He asserted that the library is not a daycare. If you’re a parent, you are in charge of arranging for your children to borrow books to read. The library is not accountable for it. In order to prevent their children from reading inappropriate material or anything else, parents have a duty to watch over them.

Several persons voiced their grievances regarding how Glidden and the trustees handled petitions for book bans during the library’s board meeting on August 18, which was held two days after Glidden announced his intention to retire. A number of people invoked texts from the Bible and cautioned Glidden and the board that they were bringing a curse on themselves.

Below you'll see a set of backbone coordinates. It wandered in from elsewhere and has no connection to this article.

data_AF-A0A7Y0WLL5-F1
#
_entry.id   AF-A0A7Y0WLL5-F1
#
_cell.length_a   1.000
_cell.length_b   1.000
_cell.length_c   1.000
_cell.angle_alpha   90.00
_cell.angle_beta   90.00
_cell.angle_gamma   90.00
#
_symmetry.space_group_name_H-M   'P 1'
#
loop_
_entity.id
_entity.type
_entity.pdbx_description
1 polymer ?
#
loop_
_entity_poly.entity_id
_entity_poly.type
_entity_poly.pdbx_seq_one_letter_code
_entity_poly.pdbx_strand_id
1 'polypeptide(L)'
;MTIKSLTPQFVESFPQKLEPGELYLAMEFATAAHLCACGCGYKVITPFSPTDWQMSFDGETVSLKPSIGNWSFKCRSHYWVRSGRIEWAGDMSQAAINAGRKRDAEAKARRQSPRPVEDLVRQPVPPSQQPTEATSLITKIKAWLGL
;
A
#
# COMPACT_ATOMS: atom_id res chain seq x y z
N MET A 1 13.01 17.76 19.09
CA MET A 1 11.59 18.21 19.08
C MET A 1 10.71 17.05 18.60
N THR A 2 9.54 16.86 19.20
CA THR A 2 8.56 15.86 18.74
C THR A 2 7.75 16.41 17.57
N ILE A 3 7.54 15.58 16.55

Glidden stated that she intends to remain until September 10. She promised that no red state will be their future destination even though she and her family are still deciding.

This library is supported by tax dollars, Glidden stated. She continued, referring to how the First Amendment’s protection of free expression would mean that what they finally wanted me to do would be against the law. I’d rather be accused of possessing pornographic literature than violate the Constitution.